Measles educational outreach has been dispensed in the Orthodox Jewish community...

Measles educational outreach has been dispensed in the Orthodox Jewish community in Williamsburg. Credit: Getty Images/Spencer Platt

Let’s start with some facts.

Across New York, there have been 867 cases of the measles since the outbreak began last fall. That means most of the 981 cases nationwide that the Centers for Disease Control and Prevention reported Monday are in our region.

Here are two more facts: The measles vaccine is safe and effective. And no major religion opposes vaccination.

So, New York elected officials shouldn’thave to think twice before supporting legislation to require vaccination for all children in school and day care, except for those who medically cannot be immunized.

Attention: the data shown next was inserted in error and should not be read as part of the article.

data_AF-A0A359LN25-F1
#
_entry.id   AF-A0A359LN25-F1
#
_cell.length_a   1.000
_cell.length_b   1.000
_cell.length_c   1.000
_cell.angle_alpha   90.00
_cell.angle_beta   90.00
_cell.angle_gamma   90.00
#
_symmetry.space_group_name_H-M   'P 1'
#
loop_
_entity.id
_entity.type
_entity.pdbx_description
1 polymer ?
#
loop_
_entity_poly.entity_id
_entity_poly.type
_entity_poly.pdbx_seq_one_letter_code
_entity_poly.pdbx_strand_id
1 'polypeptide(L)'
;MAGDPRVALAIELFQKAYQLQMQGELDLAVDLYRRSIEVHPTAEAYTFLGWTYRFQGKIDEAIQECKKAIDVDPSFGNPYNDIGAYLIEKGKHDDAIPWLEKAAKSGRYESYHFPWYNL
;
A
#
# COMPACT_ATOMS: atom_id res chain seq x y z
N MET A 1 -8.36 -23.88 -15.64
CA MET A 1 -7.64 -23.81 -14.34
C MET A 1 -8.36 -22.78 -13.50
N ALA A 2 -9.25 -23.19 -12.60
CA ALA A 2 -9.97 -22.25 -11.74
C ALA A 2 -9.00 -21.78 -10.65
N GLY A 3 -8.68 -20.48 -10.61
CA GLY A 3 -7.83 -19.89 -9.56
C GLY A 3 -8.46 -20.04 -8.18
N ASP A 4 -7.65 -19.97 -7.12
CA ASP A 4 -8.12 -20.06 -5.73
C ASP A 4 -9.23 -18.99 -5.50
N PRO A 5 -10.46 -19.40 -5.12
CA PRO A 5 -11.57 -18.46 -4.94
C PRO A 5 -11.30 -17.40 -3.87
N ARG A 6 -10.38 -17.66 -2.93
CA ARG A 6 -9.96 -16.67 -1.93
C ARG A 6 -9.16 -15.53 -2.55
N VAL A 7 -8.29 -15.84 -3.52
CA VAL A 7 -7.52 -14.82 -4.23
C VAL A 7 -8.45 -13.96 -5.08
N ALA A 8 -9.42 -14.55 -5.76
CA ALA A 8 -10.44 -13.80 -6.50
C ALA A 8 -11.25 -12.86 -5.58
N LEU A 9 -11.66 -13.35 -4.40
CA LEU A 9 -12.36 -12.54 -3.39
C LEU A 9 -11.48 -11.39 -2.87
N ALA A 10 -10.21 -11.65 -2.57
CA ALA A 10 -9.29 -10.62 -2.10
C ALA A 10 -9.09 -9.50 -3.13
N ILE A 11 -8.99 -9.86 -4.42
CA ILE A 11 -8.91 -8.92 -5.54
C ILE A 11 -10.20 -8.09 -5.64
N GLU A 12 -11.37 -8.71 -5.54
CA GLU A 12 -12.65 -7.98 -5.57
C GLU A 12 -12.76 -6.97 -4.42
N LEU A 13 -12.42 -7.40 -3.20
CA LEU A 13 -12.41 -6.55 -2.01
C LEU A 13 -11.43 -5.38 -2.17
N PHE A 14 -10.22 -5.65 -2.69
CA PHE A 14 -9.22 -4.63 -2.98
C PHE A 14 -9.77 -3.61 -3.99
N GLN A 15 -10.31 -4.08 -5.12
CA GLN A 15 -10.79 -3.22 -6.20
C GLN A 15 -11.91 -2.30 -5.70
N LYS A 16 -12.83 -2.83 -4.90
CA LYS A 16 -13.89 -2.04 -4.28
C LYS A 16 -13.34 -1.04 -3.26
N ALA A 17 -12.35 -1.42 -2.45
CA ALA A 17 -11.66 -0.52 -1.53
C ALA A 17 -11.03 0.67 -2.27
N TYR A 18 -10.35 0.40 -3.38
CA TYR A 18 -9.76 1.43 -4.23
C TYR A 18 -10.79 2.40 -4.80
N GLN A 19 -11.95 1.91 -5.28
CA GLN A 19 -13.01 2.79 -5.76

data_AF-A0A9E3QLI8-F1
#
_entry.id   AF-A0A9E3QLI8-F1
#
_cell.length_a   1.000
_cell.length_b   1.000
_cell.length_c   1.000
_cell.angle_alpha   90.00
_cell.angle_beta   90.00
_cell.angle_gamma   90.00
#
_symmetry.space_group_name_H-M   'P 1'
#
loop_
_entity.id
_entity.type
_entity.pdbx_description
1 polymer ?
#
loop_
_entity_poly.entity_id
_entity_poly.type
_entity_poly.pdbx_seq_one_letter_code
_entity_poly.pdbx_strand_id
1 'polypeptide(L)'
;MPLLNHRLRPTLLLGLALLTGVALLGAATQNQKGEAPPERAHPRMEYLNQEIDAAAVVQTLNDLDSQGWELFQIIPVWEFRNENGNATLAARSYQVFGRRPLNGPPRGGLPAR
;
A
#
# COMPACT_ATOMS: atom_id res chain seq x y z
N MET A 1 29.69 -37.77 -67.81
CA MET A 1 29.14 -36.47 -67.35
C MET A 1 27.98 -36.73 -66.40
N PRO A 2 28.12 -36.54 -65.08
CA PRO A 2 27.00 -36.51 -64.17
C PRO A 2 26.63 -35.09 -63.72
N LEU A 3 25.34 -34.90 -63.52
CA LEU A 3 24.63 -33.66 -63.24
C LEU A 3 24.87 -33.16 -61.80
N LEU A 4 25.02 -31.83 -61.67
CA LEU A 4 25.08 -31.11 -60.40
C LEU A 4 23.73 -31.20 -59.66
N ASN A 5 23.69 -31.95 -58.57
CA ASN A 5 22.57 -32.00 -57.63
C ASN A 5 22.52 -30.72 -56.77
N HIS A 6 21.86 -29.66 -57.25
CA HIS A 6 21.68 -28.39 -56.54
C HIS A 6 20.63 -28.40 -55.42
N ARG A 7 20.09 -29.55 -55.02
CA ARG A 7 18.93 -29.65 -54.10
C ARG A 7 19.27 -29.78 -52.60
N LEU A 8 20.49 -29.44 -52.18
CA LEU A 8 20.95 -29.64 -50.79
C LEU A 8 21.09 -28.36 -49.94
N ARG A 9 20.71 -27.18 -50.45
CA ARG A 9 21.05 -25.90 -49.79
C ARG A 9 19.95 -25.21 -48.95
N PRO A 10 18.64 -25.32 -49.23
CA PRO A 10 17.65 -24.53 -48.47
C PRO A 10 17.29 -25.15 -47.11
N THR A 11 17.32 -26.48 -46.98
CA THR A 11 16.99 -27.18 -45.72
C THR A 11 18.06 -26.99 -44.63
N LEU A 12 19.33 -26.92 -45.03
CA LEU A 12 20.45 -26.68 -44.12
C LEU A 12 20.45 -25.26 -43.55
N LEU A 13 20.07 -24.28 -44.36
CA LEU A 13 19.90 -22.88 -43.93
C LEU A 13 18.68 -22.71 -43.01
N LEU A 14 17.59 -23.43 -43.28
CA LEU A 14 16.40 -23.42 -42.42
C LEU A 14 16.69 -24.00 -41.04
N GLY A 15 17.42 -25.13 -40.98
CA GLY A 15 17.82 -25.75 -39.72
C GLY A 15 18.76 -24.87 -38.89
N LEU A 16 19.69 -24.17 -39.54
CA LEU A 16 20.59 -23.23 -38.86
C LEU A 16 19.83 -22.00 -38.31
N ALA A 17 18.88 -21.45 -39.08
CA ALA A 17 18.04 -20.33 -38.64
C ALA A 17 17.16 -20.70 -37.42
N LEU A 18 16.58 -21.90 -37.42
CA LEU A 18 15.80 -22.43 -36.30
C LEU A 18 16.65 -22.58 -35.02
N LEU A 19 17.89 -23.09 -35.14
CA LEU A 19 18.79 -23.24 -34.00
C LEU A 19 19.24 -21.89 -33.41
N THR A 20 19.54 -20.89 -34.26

Yet, lawmakers still cannot agree to end the state’s religious exemption for vaccination — even amid the public health crisis, and even though too many people abuse the exemption. Many are receiving hundreds of calls from people who oppose vaccination. But what about babies, and children whose immune systems are compromised, who cannot be vaccinated? They shouldn’t have to tie up a lawmaker’s phone line to get attention. .

There is still uncertainty about whether the State Assembly’s health committee will vote for the bill. Particularly important to that committee vote is Assemb. Michaelle Solages, who told the editorial board on Monday that she will vote to end the exemption. She must follow through, and other legislators should make the same promise.

Nevertheless, the outcry and vitriol are leading some lawmakers to hope to avoid voting at all. State Senate Majority Leader Andrea Stewart-Cousins claims to have the votes to pass the bill. Perhaps the Senate should vote, which could encourage the Assembly to follow suit and for Gov. Andrew M. Cuomo to take a stronger stance.

Hiding from this problem won’t solve it. For the sake of public health, our lawmakers’ disappointing silence must end. 

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